Sponsor and status
Sponsor. Representative for New York's 22nd congressional district. Republican.
Last Updated: Mar 21, 2013
Length: 4 pages
113th Congress, 2013–2015
This resolution was introduced on March 21, 2013, in a previous session of Congress, but was not enacted.
Mar 21, 2013
Bills and resolutions are referred to committees which debate the bill before possibly sending it on to the whole chamber.
H.Res. 134 (113th) was a simple resolution in the United States Congress.
A simple resolution is used for matters that affect just one chamber of Congress, often to change the rules of the chamber to set the manner of debate for a related bill. It must be agreed to in the chamber in which it was introduced. It is not voted on in the other chamber and does not have the force of law.
This simple resolution was introduced in the 113th Congress, which met from Jan 3, 2013 to Jan 2, 2015. Legislation not enacted by the end of a Congress is cleared from the books.
How to cite this information.
We recommend the following MLA-formatted citation when using the information you see here in academic work:
GovTrack.us. (2019). H.Res. 134 — 113th Congress: Condemning the Democratic People’s Republic of Korea for its continuing acts of aggression, its expressed ... Retrieved from https://www.govtrack.us/congress/bills/113/hres134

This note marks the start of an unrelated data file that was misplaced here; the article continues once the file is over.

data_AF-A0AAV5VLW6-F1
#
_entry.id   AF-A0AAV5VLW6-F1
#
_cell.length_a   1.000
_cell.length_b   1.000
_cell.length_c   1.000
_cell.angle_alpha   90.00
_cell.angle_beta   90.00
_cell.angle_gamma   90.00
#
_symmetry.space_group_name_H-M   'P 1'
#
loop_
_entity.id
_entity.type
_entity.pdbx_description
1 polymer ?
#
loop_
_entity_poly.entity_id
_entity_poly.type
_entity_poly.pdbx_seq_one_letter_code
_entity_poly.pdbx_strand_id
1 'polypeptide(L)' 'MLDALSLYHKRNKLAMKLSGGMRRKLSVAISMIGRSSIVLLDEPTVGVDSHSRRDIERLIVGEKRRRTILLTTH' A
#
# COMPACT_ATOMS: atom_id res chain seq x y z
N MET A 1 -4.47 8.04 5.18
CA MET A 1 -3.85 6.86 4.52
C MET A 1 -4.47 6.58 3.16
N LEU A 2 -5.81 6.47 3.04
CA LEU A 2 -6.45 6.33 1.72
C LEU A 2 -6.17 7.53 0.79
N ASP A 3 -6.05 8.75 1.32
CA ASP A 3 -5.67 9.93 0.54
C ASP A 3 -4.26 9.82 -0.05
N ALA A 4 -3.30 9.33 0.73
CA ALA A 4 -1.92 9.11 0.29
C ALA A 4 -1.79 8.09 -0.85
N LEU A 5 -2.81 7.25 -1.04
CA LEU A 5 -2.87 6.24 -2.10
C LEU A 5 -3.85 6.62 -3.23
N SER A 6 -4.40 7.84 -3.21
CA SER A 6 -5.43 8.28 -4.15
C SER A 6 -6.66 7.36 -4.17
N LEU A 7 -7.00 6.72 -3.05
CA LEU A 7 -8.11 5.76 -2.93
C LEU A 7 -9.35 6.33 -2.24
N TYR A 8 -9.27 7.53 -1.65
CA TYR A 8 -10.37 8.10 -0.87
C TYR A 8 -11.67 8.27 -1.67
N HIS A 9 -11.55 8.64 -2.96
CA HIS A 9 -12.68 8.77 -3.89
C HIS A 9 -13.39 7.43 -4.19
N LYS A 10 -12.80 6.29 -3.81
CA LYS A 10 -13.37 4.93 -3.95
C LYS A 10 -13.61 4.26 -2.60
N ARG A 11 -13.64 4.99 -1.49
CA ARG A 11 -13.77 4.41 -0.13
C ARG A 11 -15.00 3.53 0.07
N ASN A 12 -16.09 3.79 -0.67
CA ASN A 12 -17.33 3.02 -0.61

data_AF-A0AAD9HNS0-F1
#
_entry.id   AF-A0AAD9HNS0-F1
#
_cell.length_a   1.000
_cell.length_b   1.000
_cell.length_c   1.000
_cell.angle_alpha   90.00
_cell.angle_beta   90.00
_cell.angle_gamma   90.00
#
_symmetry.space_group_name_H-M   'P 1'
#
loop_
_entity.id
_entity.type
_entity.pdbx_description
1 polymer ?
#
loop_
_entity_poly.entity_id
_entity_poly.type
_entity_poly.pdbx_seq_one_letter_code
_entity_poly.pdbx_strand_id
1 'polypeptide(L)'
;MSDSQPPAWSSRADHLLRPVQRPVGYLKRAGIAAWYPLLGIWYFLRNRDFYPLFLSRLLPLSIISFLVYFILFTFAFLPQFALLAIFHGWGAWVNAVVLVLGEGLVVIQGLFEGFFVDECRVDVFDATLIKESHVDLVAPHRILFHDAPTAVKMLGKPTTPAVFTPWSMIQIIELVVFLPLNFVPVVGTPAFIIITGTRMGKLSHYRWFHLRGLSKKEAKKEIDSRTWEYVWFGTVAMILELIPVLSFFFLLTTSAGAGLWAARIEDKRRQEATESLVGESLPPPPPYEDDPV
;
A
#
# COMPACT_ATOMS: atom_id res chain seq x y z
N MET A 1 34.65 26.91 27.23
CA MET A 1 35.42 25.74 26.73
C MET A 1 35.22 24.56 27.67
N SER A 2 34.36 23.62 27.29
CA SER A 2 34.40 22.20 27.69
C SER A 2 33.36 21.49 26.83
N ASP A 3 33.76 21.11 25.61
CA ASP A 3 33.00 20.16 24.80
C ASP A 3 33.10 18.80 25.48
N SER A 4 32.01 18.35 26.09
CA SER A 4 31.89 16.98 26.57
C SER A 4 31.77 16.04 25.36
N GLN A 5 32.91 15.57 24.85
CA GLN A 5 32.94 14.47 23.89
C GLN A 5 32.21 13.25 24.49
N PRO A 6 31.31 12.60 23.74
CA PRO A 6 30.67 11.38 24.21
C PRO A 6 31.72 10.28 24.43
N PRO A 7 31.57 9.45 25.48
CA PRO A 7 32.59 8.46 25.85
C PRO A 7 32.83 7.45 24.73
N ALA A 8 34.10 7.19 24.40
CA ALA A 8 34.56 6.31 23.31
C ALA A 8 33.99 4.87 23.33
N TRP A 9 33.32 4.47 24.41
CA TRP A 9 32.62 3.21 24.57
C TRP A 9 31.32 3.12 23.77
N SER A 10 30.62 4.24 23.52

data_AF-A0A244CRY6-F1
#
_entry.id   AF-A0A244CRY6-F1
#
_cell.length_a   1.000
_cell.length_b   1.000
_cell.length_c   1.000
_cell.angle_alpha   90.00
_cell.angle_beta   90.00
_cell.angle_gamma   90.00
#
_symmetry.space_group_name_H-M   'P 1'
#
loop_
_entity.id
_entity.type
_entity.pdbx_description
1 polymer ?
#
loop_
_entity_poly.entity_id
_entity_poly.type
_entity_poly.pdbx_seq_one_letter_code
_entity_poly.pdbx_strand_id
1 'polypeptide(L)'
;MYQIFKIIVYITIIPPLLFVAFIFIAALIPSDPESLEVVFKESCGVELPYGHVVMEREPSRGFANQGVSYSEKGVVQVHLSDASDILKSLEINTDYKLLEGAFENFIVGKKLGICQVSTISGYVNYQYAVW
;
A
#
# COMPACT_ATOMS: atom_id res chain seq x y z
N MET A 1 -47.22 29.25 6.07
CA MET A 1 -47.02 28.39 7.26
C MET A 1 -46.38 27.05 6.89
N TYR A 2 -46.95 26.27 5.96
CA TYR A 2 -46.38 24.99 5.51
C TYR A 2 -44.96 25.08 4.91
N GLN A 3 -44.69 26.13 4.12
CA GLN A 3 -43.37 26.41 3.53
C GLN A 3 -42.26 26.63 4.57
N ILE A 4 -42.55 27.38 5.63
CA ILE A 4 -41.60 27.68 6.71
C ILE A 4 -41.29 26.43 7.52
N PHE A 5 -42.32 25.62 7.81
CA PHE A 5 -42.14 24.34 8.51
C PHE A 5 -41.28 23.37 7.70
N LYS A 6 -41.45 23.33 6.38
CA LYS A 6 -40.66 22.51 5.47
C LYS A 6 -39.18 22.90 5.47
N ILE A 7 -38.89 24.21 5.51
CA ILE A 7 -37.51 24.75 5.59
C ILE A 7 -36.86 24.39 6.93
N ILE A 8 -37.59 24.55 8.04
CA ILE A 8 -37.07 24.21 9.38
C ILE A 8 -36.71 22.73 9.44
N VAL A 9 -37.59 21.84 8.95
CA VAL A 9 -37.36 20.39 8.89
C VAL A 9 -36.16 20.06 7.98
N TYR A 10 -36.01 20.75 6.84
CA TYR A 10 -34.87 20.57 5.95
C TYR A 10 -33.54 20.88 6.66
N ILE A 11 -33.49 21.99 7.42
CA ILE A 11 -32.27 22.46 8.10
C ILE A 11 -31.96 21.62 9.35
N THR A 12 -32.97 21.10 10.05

“H.Res. 134 — 113th Congress: Condemning the Democratic People’s Republic of Korea for its continuing acts of aggression, its expressed ...” www.GovTrack.us. 2013. October 23, 2019 <https://www.govtrack.us/congress/bills/113/hres134>
Condemning the Democratic People’s Republic of Korea for its continuing acts of aggression, its expressed intent to break the July 10, 1953, Korean War Armistice Agreement, and for its repeated violations of United Nations Security Council resolutions, H.R. Res. 134, 113th Cong. (2013).
|title=H.Res. 134 (113th)
|accessdate=October 23, 2019
|author=113th Congress (2013)
|date=March 21, 2013
|quote=Condemning the Democratic People’s Republic of Korea for its continuing acts of aggression, its expressed ...
Where is this information from?
GovTrack automatically collects legislative information from a variety of governmental and non-governmental sources. This page is sourced primarily from Congress.gov, the official portal of the United States Congress. Congress.gov is generally updated one day after events occur, and so legislative activity shown here may be one day behind. Data via the congress project.